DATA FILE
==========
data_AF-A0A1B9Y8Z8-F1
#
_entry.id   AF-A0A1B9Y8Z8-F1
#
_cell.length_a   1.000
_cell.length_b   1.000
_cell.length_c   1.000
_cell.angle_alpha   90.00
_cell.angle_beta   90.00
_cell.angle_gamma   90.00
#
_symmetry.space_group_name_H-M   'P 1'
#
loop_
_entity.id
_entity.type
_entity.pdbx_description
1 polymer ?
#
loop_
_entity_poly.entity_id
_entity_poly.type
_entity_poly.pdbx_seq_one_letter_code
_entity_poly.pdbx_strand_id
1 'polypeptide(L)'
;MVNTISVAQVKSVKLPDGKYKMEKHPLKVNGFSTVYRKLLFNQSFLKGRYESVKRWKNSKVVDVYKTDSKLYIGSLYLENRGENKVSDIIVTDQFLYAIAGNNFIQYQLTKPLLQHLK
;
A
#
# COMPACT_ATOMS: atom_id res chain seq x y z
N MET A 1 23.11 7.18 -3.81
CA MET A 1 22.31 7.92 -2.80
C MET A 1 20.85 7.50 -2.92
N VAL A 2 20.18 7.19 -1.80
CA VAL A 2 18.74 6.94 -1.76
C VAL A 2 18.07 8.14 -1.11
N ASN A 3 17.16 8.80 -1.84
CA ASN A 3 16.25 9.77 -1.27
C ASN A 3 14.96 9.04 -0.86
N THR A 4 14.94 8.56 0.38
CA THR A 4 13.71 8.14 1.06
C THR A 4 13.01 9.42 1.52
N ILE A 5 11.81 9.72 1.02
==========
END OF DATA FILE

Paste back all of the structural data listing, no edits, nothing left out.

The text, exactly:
data_AF-A0A1B9Y8Z8-F1
#
_entry.id   AF-A0A1B9Y8Z8-F1
#
_cell.length_a   1.000
_cell.length_b   1.000
_cell.length_c   1.000
_cell.angle_alpha   90.00
_cell.angle_beta   90.00
_cell.angle_gamma   90.00
#
_symmetry.space_group_name_H-M   'P 1'
#
loop_
_entity.id
_entity.type
_entity.pdbx_description
1 polymer ?
#
loop_
_entity_poly.entity_id
_entity_poly.type
_entity_poly.pdbx_seq_one_letter_code
_entity_poly.pdbx_strand_id
1 'polypeptide(L)'
;MVNTISVAQVKSVKLPDGKYKMEKHPLKVNGFSTVYRKLLFNQSFLKGRYESVKRWKNSKVVDVYKTDSKLYIGSLYLENRGENKVSDIIVTDQFLYAIAGNNFIQYQLTKPLLQHLK
;
A
#
# COMPACT_ATOMS: atom_id res chain seq x y z
N MET A 1 23.11 7.18 -3.81
CA MET A 1 22.31 7.92 -2.80
C MET A 1 20.85 7.50 -2.92
N VAL A 2 20.18 7.19 -1.80
CA VAL A 2 18.74 6.94 -1.76
C VAL A 2 18.07 8.14 -1.11
N ASN A 3 17.16 8.80 -1.84
CA ASN A 3 16.25 9.77 -1.27
C ASN A 3 14.96 9.04 -0.86
N THR A 4 14.94 8.56 0.38
CA THR A 4 13.71 8.14 1.06
C THR A 4 13.01 9.42 1.52
N ILE A 5 11.81 9.72 1.02